U.S. Pat. No. 2,387,065 describes a type of elastomeric mount. In this elastomeric mount a working chamber filled with fluid is subdivided by a partitioning membrane into two compartments and the partitioning membrane is connected by a rigid part, having a throttle orifice, with a support block and with a supporting elastomeric element. On compression of the mount downwardly, fluid which is pressurized in the lower compartment is bled through the throttle passage into the upper compartment. Good damping characteristics of the bearing are only obtained when the partition membrane is relatively stiff, so that during compresssion it does not yield to the increased pressure and force considerable damping liquid to flow through the throttle orifice.
When such a mount is used for supporting an internal-combustion engine in an automotive vehicle, good damping characteristics are only desired in the low-frequency oscillation range caused by road-surface unevennesses. For higher-frequency vibrations in the audible range the above-described mount retains its good damping and is, therefore, relatively hard, so that considerable sound from the engine is transmitted to the chassis and thence to the passenger compartment.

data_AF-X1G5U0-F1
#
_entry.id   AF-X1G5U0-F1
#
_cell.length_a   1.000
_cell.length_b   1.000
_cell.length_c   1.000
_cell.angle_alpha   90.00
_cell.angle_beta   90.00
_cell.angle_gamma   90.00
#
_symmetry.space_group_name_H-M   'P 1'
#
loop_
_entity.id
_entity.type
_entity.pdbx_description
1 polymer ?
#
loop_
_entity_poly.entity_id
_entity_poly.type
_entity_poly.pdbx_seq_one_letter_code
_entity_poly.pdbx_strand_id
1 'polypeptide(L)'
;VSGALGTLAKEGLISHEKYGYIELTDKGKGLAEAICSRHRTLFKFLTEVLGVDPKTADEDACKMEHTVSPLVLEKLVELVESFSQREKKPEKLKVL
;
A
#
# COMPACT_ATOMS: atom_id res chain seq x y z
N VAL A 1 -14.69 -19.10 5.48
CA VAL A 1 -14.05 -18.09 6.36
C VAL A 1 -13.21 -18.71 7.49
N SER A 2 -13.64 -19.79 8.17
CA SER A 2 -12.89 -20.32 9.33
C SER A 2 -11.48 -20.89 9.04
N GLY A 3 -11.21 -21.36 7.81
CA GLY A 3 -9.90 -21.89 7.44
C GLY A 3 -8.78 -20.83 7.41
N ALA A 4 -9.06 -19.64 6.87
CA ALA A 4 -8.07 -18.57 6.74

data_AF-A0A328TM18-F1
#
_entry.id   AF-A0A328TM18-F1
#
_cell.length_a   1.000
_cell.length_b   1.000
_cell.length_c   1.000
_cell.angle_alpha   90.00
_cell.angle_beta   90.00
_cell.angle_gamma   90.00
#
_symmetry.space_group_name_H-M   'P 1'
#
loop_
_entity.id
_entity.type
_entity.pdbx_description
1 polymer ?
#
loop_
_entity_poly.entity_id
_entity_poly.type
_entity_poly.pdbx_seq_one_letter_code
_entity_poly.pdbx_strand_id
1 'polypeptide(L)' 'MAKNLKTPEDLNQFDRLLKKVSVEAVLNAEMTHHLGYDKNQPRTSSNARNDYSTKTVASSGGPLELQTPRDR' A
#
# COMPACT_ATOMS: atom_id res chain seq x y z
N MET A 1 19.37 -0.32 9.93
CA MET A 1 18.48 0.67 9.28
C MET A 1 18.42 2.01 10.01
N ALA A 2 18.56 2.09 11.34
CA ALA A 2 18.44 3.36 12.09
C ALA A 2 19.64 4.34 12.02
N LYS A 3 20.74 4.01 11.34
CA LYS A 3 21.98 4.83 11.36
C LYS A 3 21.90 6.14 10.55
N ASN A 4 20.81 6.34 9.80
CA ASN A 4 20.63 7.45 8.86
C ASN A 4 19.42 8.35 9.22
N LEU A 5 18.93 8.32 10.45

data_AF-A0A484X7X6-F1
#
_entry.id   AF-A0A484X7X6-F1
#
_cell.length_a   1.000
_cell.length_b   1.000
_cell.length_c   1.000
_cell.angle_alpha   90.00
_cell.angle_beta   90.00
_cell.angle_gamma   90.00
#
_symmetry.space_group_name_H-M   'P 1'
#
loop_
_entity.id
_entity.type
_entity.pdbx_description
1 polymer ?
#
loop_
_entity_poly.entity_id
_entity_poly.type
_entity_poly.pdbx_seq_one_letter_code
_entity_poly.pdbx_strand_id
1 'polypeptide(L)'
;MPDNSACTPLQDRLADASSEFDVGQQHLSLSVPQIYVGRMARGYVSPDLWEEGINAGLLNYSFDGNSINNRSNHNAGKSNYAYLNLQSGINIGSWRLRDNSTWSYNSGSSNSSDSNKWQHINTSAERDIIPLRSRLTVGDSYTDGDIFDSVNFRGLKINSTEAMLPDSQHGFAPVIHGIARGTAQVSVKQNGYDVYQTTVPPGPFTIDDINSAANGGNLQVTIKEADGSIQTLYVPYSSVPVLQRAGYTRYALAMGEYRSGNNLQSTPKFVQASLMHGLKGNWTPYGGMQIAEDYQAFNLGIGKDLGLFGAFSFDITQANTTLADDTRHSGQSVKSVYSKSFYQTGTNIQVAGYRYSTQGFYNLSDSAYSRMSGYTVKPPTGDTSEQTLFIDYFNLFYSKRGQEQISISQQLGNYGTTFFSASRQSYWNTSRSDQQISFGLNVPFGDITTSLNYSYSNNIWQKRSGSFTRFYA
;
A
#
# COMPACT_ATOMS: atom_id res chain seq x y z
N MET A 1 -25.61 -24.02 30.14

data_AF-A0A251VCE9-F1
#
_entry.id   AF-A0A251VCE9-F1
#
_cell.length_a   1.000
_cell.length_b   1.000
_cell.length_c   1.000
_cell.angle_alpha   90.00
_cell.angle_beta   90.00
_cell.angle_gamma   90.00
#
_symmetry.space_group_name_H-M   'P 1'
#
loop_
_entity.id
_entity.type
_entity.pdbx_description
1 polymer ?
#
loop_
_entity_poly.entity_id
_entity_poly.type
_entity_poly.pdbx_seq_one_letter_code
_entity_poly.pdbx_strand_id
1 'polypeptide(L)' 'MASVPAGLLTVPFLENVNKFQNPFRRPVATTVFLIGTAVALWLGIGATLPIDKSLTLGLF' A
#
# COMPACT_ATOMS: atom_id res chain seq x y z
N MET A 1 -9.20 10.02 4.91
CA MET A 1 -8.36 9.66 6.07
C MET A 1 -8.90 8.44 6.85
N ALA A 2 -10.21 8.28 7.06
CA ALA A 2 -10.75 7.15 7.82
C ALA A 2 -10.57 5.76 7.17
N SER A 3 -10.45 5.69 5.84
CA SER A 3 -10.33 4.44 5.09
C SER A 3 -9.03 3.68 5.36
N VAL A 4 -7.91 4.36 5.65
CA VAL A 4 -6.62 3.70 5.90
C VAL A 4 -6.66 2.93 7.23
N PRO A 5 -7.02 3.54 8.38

If the membrane is made relatively yieldable, damping for higher-frequency vibrations is reduced by deformation of the membrane as a result of the pressure differentials across it; then, however, in the lower-frequency road-caused vibration range the necessary damping is not obtained.
It is an object of the invention to provide an elastomeric mount with good damping characteristics in the range of low-frequency vibrations of large amplitude and with little sound-transmission stiffness in the range of higher-frequency vibrations with small amplitudes.
This object is attained according to the instant invention in a mount of the above-described type wherein at least a portion of the movable partition has a limited inherent stiffness which increases greatly with increasing deformation.